Wednesday, January 21, 2015

Why Star Clipper's Owners Shuttered Their Beloved St. Louis Comic Book Shop

Posted By on Wed, Jan 21, 2015 at 11:00 AM

Star Clipper sets sail for the great beyond. - JENNIFER SILVERBERG
  • Jennifer Silverberg
  • Star Clipper sets sail for the great beyond.

In the world of mainstream superhero comics, death is nothing more than a marketing ploy. Publishers announce the demise of a major character, spin a few months of hype into increased sales and then release the all-important issue that delivers the end of the hero's journey. A couple months later the hero returns to life hale and hearty, with the added bonus of yet another number-one issue to spike sales.

For Star Clipper, there is no miraculous regeneration in the near future, no alternate dimension from whence the shop will emerge stronger than ever just in time to celebrate another Free Comic Book Day. After 27 years in business, the beloved Delmar Loop institution will close its doors sometime in February. The announcement arrived January 15 via Star Clipper's Facebook page and quickly rippled out through the St. Louis comic community. Long-time customers and fans couldn't believe the news. Their favorite store closing? Why?

"We've been thinking about it for a year," says co-owner Ben Trujillo.

Star Clipper's back office is comfortable and tidy, just like the sales floor, but with far less pop-culture bric-a-brac than you'd expect. Seated at a desk next to Trujillo is his wife and co-owner, A.J. Despite being married for almost twenty years, the Trujillos don't interrupt each other, opting instead to annotate and expand upon what the other has said.

See also: Star Clipper Comics Announces Closure

"It became clear that the store couldn't support both of us at the same time," A.J. offers. "I began to dip my toe into other waters last winter." She now works full-time at Stray Rescue while Ben helms Star Clipper's day-to-day operation, although he still has time to volunteer at Tenth Life Cat Rescue. Not coincidentally, the couple have fostered a staggering number of cats over the years.

The Trujillos have provided for Star Clipper in a similarly loving fashion. A.J. had been working as the manager of Star Clipper for four years when she and Ben purchased the store in 2001 from Scott Thorne. At the time the business was located at the corner of Big Bend Boulevard and Forest Park Parkway and specialized in both comics and games.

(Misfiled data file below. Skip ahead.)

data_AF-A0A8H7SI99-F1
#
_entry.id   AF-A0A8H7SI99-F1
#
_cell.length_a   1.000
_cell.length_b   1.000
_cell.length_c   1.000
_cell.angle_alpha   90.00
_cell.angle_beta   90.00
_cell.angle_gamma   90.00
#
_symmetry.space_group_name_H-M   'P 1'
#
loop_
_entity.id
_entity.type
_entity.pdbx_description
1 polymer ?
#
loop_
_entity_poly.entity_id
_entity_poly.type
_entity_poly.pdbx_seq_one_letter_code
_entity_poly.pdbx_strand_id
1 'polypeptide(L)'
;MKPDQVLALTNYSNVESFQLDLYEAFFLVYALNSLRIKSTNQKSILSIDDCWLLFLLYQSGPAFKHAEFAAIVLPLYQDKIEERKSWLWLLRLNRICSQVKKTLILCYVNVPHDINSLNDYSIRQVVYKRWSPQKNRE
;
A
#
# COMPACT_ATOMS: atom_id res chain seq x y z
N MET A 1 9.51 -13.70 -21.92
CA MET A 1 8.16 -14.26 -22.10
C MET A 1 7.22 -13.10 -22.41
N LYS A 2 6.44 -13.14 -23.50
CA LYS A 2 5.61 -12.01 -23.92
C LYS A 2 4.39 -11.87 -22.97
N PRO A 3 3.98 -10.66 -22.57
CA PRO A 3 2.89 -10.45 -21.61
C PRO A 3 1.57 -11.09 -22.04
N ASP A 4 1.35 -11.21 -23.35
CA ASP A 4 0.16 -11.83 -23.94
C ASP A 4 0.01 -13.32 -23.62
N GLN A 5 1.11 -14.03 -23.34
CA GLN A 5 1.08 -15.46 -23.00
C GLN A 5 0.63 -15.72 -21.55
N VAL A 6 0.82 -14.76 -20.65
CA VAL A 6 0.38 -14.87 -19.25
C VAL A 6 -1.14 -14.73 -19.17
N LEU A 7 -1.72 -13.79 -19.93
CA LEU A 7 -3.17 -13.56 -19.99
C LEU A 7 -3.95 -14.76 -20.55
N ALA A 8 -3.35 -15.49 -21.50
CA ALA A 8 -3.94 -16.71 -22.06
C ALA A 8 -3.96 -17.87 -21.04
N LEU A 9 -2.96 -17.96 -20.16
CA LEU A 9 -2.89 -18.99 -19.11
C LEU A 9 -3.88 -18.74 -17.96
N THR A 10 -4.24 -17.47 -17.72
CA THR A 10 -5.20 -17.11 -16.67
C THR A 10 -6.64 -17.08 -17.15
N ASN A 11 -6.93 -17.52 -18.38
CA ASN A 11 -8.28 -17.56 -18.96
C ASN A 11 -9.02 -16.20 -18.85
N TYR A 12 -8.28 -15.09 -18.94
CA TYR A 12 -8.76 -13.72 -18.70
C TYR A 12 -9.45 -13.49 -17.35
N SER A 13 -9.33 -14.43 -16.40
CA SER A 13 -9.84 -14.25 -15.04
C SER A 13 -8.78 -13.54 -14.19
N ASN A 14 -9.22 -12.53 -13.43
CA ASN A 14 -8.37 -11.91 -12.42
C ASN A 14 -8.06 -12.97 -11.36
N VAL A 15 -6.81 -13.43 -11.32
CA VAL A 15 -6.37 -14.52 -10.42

"I wasn't really familiar with the game side of the business, so I phased them out," says A.J. of her first few years managing the shop. "We developed new areas, like anime, which was just getting big. Graphic novels were still a new thing, and we got into them heavily."

Legendary artist Jack Kirby (co-creator of Captain America, X-Men, Fantastic Four) predicted back in the late '60s that someday comics would leave behind cheap single issues for a more prestigious (and durable) hardbound format. It took the industry years to catch on to Kirby's vision, and A.J. was on board before many.

"A.J. was very prescient about the role of the graphic novel," Ben marvels. "We started with 25 feet of shelf space, now we have 10,000 on the shelves. It's our bread and butter. She was way out front of anyone else."

"I wonder if you remember it differently?" A.J. prompts Ben helpfully at this point, but he's certain. "A.J. won the Eisner for Scott." The Eisner, formally known as the Eisner of Retailing Award, is the Academy Award of comic books shops. Star Clipper won it in 1999 and is, to date, the only Missouri shop to claim that distinction.

JENNIFER SILVERBERG
  • Jennifer Silverberg

In the immediate hours following last Thursday's announcement, Star Clipper is packed with customers spanning all demographics — middle-aged professionals, young couples in hoodies, hardcore fans in Batman shirts. All share the same shell-shocked expression. Members of the Star Clipper staff, meanwhile, wear the awkward smiles of next of kin in a funeral receiving line.

"Have you seen the Hellraiser films?" asks Jonathan Norfleet, his Star Clipper ID surrounded by buttons of the Marvel Comics character Cyclops. Known to regulars and staff as Fleet, the solidly built, six-foot-tall Norfleet speaks quietly and thoughtfully about everything — sort of like his favorite superhero.

"There's a line in the second or third Hellraiser, 'Ah, the suffering. The sweet, sweet suffering.' That's how it feels right now," explains Norfleet. "All of these people are coming in; the phone's been ringing. They all tell us how important we are to them, and that feels great. But..."

That "but" is the realization that by the weekend of January 17 and 18, when the liquidation sale is to begin, everyone on staff will have answered the "why" question countless times while trying to remain unemotional.

"I've seen so many people already today who looked like they just stopped crying," Norfleet continues. For him the feeling is compounded by losing not only his job, but perhaps comic books themselves.

"This is my store! I've shopped here since I was a kid, my brother shopped at the one at North and South," (where husband and wife Carol and Sonny Denbow originally founded Star Clipper in 1988 as a science-fiction bookstore; the Trujillos are Star Clipper's third and longest-running owners). "Where am I going to go after I've been here?" Norfleet spreads his arms wide and looks around Star Clipper incredulously.

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